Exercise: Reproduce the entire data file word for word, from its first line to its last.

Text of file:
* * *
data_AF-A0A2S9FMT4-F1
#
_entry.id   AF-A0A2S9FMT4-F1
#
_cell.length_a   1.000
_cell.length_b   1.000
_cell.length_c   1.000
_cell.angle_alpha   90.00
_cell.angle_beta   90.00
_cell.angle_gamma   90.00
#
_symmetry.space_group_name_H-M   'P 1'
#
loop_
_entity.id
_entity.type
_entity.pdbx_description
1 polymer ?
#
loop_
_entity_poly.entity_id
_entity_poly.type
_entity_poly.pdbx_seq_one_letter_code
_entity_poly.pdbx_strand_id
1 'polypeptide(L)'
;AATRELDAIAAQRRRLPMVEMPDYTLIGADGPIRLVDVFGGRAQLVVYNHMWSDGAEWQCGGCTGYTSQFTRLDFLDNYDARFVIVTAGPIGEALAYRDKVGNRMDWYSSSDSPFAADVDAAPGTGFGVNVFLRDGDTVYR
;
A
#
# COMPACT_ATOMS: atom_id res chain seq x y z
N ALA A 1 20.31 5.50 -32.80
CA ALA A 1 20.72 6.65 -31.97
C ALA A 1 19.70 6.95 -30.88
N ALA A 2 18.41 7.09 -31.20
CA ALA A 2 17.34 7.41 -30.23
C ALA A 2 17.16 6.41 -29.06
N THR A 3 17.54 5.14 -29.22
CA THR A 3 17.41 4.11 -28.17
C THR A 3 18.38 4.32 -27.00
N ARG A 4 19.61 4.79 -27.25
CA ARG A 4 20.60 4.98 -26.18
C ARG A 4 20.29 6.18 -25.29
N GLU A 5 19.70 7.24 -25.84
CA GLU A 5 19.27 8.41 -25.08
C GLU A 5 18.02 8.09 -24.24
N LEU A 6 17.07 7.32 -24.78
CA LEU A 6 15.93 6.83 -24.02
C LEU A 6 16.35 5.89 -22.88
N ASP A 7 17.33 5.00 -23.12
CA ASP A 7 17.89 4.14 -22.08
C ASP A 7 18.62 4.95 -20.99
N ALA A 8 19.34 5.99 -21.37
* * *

data_AF-A0A2S9FMT4-F1
#
_entry.id   AF-A0A2S9FMT4-F1
#
_cell.length_a   1.000
_cell.length_b   1.000
_cell.length_c   1.000
_cell.angle_alpha   90.00
_cell.angle_beta   90.00
_cell.angle_gamma   90.00
#
_symmetry.space_group_name_H-M   'P 1'
#
loop_
_entity.id
_entity.type
_entity.pdbx_description
1 polymer ?
#
loop_
_entity_poly.entity_id
_entity_poly.type
_entity_poly.pdbx_seq_one_letter_code
_entity_poly.pdbx_strand_id
1 'polypeptide(L)'
;AATRELDAIAAQRRRLPMVEMPDYTLIGADGPIRLVDVFGGRAQLVVYNHMWSDGAEWQCGGCTGYTSQFTRLDFLDNYDARFVIVTAGPIGEALAYRDKVGNRMDWYSSSDSPFAADVDAAPGTGFGVNVFLRDGDTVYR
;
A
#
# COMPACT_ATOMS: atom_id res chain seq x y z
N ALA A 1 20.31 5.50 -32.80
CA ALA A 1 20.72 6.65 -31.97
C ALA A 1 19.70 6.95 -30.88
N ALA A 2 18.41 7.09 -31.20
CA ALA A 2 17.34 7.41 -30.23
C ALA A 2 17.16 6.41 -29.06
N THR A 3 17.54 5.14 -29.22
CA THR A 3 17.41 4.11 -28.17
C THR A 3 18.38 4.32 -27.00
N ARG A 4 19.61 4.79 -27.25
CA ARG A 4 20.60 4.98 -26.18
C ARG A 4 20.29 6.18 -25.29
N GLU A 5 19.70 7.24 -25.84
CA GLU A 5 19.27 8.41 -25.08
C GLU A 5 18.02 8.09 -24.24
N LEU A 6 17.07 7.32 -24.78
CA LEU A 6 15.93 6.83 -24.02
C LEU A 6 16.35 5.89 -22.88
N ASP A 7 17.33 5.00 -23.12
CA ASP A 7 17.89 4.14 -22.08
C ASP A 7 18.62 4.95 -20.99
N ALA A 8 19.34 5.99 -21.37